Sipping cold beverages through paper straws, often considered eco-friendly alternatives to plastic, might not be as safe as previously thought, according to a study conducted by Belgian researchers. The study has raised concerns about potentially toxic poly- and perfluoroalkyl substances (PFAS) present in paper straws that could pose health risks to humans, wildlife, and the environment.
While paper straws have been promoted as a sustainable option compared to plastic straws, this study reveals that many brands of paper and bamboo straws contain PFAS, which are known for their long-lasting and potentially harmful effects on human health. The study suggests that PFAS could accumulate in the body over time and may lead to various health issues, including lower vaccine response, thyroid disease, liver damage, kidney cancer, and more.
The researchers analyzed a range of straws made from different materials and found that 18 out of 20 brands of paper straw tested positive for PFAS. However, the study did not investigate whether PFAS leaked from the straws into the liquids consumed through them.
The presence of PFAS in paper straws is attributed to their water-repellent coating, often used to enhance their durability. These substances are widely used in various products due to their resistance to water, heat, and stains. However, since 2020, one of the most commonly found PFAS, perfluorooctanoic acid (PFOA), has been globally prohibited due to its health risks.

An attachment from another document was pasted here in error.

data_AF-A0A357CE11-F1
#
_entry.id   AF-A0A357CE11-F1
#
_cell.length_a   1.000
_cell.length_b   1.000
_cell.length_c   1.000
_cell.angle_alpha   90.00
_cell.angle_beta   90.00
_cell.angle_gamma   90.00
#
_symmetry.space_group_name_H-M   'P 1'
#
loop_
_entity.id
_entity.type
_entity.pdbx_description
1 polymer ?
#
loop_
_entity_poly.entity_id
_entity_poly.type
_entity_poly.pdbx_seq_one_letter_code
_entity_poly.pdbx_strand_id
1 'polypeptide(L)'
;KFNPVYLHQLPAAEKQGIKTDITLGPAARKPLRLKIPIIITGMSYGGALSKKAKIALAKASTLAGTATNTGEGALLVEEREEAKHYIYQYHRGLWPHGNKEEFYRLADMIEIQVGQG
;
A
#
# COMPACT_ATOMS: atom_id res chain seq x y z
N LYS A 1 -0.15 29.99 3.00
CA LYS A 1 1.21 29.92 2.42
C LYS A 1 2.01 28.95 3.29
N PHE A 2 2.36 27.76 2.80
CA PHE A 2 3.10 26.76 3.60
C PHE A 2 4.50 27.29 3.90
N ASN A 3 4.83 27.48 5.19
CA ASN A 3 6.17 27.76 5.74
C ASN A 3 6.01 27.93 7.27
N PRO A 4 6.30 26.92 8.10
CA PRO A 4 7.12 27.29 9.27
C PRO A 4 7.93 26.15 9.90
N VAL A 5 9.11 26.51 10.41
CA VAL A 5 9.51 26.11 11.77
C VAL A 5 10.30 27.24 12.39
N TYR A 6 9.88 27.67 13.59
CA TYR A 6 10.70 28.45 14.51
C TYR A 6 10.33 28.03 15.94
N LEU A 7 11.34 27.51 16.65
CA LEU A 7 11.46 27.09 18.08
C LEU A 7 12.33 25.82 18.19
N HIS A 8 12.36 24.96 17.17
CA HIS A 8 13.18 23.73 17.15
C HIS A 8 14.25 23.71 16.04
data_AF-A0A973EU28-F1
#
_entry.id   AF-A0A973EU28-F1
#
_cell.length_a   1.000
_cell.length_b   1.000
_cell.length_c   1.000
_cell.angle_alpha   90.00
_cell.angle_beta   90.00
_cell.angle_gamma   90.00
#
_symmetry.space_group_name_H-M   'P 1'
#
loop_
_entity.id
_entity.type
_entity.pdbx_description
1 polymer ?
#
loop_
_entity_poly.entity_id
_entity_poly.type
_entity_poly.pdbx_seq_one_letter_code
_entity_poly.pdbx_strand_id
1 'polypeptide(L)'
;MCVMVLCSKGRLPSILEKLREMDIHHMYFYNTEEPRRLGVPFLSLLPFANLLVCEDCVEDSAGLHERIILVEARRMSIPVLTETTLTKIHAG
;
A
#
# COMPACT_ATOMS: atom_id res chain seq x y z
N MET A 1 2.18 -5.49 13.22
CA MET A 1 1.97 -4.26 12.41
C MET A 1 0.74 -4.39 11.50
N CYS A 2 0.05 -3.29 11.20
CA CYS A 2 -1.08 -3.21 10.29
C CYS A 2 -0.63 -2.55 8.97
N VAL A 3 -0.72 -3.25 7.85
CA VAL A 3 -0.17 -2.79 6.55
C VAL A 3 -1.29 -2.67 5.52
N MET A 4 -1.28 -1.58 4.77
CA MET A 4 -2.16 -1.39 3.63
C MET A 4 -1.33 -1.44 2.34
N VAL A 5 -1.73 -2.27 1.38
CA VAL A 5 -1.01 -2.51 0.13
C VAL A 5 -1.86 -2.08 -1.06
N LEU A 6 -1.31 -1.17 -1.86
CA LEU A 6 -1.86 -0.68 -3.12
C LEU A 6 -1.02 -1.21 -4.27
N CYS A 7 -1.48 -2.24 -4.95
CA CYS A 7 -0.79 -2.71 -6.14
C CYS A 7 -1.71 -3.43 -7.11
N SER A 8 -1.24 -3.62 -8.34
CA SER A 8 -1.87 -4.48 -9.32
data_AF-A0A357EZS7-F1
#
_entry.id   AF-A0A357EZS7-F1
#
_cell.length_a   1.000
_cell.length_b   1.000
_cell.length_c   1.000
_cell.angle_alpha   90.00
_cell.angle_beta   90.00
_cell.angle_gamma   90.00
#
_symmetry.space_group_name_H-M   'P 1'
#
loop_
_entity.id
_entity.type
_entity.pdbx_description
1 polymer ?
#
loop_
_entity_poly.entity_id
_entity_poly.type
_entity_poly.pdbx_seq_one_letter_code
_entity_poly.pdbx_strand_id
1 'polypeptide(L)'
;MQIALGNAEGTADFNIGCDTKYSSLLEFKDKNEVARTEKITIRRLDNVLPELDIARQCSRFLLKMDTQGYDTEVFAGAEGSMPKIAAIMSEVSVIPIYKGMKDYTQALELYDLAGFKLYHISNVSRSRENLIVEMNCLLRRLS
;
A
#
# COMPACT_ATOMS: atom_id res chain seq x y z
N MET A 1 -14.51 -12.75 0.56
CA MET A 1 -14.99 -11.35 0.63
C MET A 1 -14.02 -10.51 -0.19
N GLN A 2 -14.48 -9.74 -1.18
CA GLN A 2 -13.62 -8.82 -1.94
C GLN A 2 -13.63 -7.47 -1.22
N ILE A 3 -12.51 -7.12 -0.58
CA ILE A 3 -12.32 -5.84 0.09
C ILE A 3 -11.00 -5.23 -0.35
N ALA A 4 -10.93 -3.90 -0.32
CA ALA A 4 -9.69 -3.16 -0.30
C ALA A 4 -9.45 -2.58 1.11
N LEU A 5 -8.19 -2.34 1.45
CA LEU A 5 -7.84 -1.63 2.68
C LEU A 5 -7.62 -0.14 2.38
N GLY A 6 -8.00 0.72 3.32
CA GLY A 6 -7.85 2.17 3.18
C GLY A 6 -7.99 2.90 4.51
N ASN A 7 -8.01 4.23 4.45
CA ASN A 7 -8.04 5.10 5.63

Dr. Thimo Groffen, from the University of Antwerp, highlighted that the study challenges the perception of plant-based materials like paper and bamboo straws as more sustainable and eco-friendly. The researchers emphasized that although PFAS concentrations in straws may be low, their long-term effects on human health cannot be ignored.
The study calls for increased awareness about the potential risks associated with using paper straw and suggests exploring alternative materials or coatings that do not pose health hazards. As consumers seek more sustainable options, it’s crucial to ensure that these alternatives are safe for both human health and the environment.